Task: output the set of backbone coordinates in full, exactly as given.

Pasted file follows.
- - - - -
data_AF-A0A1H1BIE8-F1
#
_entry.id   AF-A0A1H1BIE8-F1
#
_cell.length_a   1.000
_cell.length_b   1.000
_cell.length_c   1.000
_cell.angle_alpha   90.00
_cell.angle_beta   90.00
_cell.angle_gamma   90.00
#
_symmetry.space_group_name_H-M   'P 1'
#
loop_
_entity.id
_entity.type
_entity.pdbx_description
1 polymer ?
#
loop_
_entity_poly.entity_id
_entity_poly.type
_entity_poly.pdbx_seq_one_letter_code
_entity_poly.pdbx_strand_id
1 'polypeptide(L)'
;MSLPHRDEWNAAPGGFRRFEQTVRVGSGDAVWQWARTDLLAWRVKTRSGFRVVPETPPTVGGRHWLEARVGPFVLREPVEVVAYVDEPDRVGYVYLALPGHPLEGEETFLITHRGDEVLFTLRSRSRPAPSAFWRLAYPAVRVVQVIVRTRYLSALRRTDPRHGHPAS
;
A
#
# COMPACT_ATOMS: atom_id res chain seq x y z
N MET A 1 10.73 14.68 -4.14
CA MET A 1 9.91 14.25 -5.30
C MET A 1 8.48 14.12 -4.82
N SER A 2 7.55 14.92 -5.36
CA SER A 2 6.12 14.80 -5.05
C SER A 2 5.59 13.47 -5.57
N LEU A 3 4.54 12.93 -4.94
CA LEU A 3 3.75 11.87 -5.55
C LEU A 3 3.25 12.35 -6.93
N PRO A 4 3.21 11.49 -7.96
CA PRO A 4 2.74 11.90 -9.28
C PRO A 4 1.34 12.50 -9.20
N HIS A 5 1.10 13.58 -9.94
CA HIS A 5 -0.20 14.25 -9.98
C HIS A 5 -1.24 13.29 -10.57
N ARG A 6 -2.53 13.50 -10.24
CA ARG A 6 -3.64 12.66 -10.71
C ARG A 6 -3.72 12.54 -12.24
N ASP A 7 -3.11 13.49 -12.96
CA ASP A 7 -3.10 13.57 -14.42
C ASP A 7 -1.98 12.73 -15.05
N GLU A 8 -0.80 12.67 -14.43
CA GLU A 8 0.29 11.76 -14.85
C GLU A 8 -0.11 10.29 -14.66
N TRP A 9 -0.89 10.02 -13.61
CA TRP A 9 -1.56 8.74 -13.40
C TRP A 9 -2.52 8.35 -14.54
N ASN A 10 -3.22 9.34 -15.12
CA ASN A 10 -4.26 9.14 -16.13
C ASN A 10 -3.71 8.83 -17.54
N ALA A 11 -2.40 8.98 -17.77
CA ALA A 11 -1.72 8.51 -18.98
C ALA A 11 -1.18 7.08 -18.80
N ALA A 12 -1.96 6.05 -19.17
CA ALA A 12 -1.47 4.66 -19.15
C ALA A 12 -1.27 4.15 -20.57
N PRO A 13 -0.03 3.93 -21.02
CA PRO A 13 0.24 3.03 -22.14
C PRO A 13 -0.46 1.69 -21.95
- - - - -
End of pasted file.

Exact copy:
data_AF-A0A1H1BIE8-F1
#
_entry.id   AF-A0A1H1BIE8-F1
#
_cell.length_a   1.000
_cell.length_b   1.000
_cell.length_c   1.000
_cell.angle_alpha   90.00
_cell.angle_beta   90.00
_cell.angle_gamma   90.00
#
_symmetry.space_group_name_H-M   'P 1'
#
loop_
_entity.id
_entity.type
_entity.pdbx_description
1 polymer ?
#
loop_
_entity_poly.entity_id
_entity_poly.type
_entity_poly.pdbx_seq_one_letter_code
_entity_poly.pdbx_strand_id
1 'polypeptide(L)'
;MSLPHRDEWNAAPGGFRRFEQTVRVGSGDAVWQWARTDLLAWRVKTRSGFRVVPETPPTVGGRHWLEARVGPFVLREPVEVVAYVDEPDRVGYVYLALPGHPLEGEETFLITHRGDEVLFTLRSRSRPAPSAFWRLAYPAVRVVQVIVRTRYLSALRRTDPRHGHPAS
;
A
#
# COMPACT_ATOMS: atom_id res chain seq x y z
N MET A 1 10.73 14.68 -4.14
CA MET A 1 9.91 14.25 -5.30
C MET A 1 8.48 14.12 -4.82
N SER A 2 7.55 14.92 -5.36
CA SER A 2 6.12 14.80 -5.05
C SER A 2 5.59 13.47 -5.57
N LEU A 3 4.54 12.93 -4.94
CA LEU A 3 3.75 11.87 -5.55
C LEU A 3 3.25 12.35 -6.93
N PRO A 4 3.21 11.49 -7.96
CA PRO A 4 2.74 11.90 -9.28
C PRO A 4 1.34 12.50 -9.20
N HIS A 5 1.10 13.58 -9.94
CA HIS A 5 -0.20 14.25 -9.98
C HIS A 5 -1.24 13.29 -10.57
N ARG A 6 -2.53 13.50 -10.24
CA ARG A 6 -3.64 12.66 -10.71
C ARG A 6 -3.72 12.54 -12.24
N ASP A 7 -3.11 13.49 -12.96
CA ASP A 7 -3.10 13.57 -14.42
C ASP A 7 -1.98 12.73 -15.05
N GLU A 8 -0.80 12.67 -14.43
CA GLU A 8 0.29 11.76 -14.85
C GLU A 8 -0.11 10.29 -14.66
N TRP A 9 -0.89 10.02 -13.61
CA TRP A 9 -1.56 8.74 -13.40
C TRP A 9 -2.52 8.35 -14.54
N ASN A 10 -3.22 9.34 -15.12
CA ASN A 10 -4.26 9.14 -16.13
C ASN A 10 -3.71 8.83 -17.54
N ALA A 11 -2.40 8.98 -17.77
CA ALA A 11 -1.72 8.51 -18.98
C ALA A 11 -1.18 7.08 -18.80
N ALA A 12 -1.96 6.05 -19.17
CA ALA A 12 -1.47 4.66 -19.15
C ALA A 12 -1.27 4.15 -20.57
N PRO A 13 -0.03 3.93 -21.02
CA PRO A 13 0.24 3.03 -22.14
C PRO A 13 -0.46 1.69 -21.95